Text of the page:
The drama and competitiveness of the stock market have become the topic of tons of movies over the years. These mostly exaggerated stories of wealth, fraud, secrecy, and huge risks, and losses have made Wall Street the backdrop of some famous films, including 1987's Wall Street, starring Charlie Sheen and Michael Douglas.
Even if movies about the market aren't always realistic, they do have fans on the edge of their seats. They have captivated audiences around the world, but with so many of them out there, it's difficult to know where to begin. To make finding the perfect personal finance film that much easier here are the top three movies about the stock market you have to watch.
The Wolf of Wall Street (2013)
This film starring Leonardo DiCaprio follows the real-life story of stockbroker Jordan Belfort. Set in 1987, Belfort is beginning his career in finance working for investment banking firm L.F. Rothschild. In the movie, his boss, a man named Mark Hanna, introduces him to a lifestyle he's never experienced before.
Sex and drugs become a big part of Belfort's life and, eventually, he loses his job. But that doesn't hold him back for long since his business sense always helps him pick his career back up. After starting a new business, he begins selling penny stocks under false pretenses in a pump-and-dump scheme to make a huge profit.
Things really take off for him when an exposé in Forbes draws all kinds of attention to Belfort's and his business which makes him wildly successful. He falls right back into the lifestyle of drugs and sex all while the FBI is secretly onto him. Eventually, everything hits the fan and Belfort has to do his best to avoid the cops while figuring out who exactly he can trust.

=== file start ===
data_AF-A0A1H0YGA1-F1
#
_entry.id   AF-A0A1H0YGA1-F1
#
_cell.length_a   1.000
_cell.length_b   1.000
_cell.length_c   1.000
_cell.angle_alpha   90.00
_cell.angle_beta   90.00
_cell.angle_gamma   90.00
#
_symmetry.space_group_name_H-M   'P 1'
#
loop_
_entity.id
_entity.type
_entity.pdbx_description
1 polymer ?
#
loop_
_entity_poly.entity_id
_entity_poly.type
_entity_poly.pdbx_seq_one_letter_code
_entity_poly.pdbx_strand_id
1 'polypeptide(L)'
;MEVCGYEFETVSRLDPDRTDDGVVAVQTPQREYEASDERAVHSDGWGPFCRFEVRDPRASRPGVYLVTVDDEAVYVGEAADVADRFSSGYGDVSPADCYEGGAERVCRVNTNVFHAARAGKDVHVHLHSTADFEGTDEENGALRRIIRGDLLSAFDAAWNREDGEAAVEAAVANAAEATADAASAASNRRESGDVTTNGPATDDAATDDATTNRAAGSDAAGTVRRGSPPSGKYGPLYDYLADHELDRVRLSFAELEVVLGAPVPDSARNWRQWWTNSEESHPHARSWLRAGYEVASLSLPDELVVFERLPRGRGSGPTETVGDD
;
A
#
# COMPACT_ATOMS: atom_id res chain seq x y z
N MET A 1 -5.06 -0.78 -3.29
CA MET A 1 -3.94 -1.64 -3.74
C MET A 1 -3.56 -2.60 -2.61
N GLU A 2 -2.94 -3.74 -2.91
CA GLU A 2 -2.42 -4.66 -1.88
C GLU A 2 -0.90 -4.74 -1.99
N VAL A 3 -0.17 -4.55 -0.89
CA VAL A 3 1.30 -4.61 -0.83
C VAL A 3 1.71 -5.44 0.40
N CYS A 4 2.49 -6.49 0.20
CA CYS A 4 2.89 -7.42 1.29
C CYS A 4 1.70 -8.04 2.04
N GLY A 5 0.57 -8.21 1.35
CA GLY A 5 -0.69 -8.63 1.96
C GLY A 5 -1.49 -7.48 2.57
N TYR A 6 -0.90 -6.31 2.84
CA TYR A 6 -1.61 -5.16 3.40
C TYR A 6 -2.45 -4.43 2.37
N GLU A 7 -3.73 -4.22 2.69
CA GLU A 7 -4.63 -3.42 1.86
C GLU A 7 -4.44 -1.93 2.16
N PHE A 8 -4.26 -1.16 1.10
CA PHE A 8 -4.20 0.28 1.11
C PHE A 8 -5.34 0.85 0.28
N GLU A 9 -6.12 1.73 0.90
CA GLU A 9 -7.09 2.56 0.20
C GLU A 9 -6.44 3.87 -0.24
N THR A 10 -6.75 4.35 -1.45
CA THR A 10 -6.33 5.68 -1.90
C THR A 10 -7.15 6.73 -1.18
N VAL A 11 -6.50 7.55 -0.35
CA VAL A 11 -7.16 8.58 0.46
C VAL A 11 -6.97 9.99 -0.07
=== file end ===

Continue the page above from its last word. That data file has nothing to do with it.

Boiler Room (2000)
The stereotypical college student is broke, struggling to get by. But in Boiler Room, 19-year-old Seth Davis is bringing in some serious cash by hosting an illegal casino in his apartment by campus. Tons of other students come by and one of his friends introduces him to Greg Weinstein who recruits him to work at a brokerage firm called J.T. Marlin.
With his new job, Seth seems like he's making money a legitimate way, but he later finds out that the whole company is a scam, stealing money from investors under false pretenses. Of course, the FBI eventually get involved and plan on using Seth as an informant. Seth progresses in his career with the firm, but his guilt over all the stealing becomes too much and he plots to take the firm down.
The Big Short (2015)
The Big Short, based on real events, follows three separate storylines and people's lives leading up to the recession of 2008. Michael Burry, Jared Vennett, Charlie Geller, and Jamie Shipley all work in finance in one or another. But, in the end, they have to struggle with the moral implications of their actions.
In 2005, hedge fund manager Michael Burry discovers how unstable the housing market is. He bets against banks that are happy to take him up on his offers since they don't have any reason to believe the market will crash. This will make him lots of money short term.
Jared Vennett, who's based on hedge fund manager Greg Lippmann, catches on to Burry's analysis and decides he wants in on it himself. And investors Charlie Geller and Jamie Shipley also join in after seeing a presentation on the topic by Vennett.
While this group plans on making tons of money, they eventually realize that for them to do so, they would have to accept that millions of people in the U.S. would lose everything once the market crashes.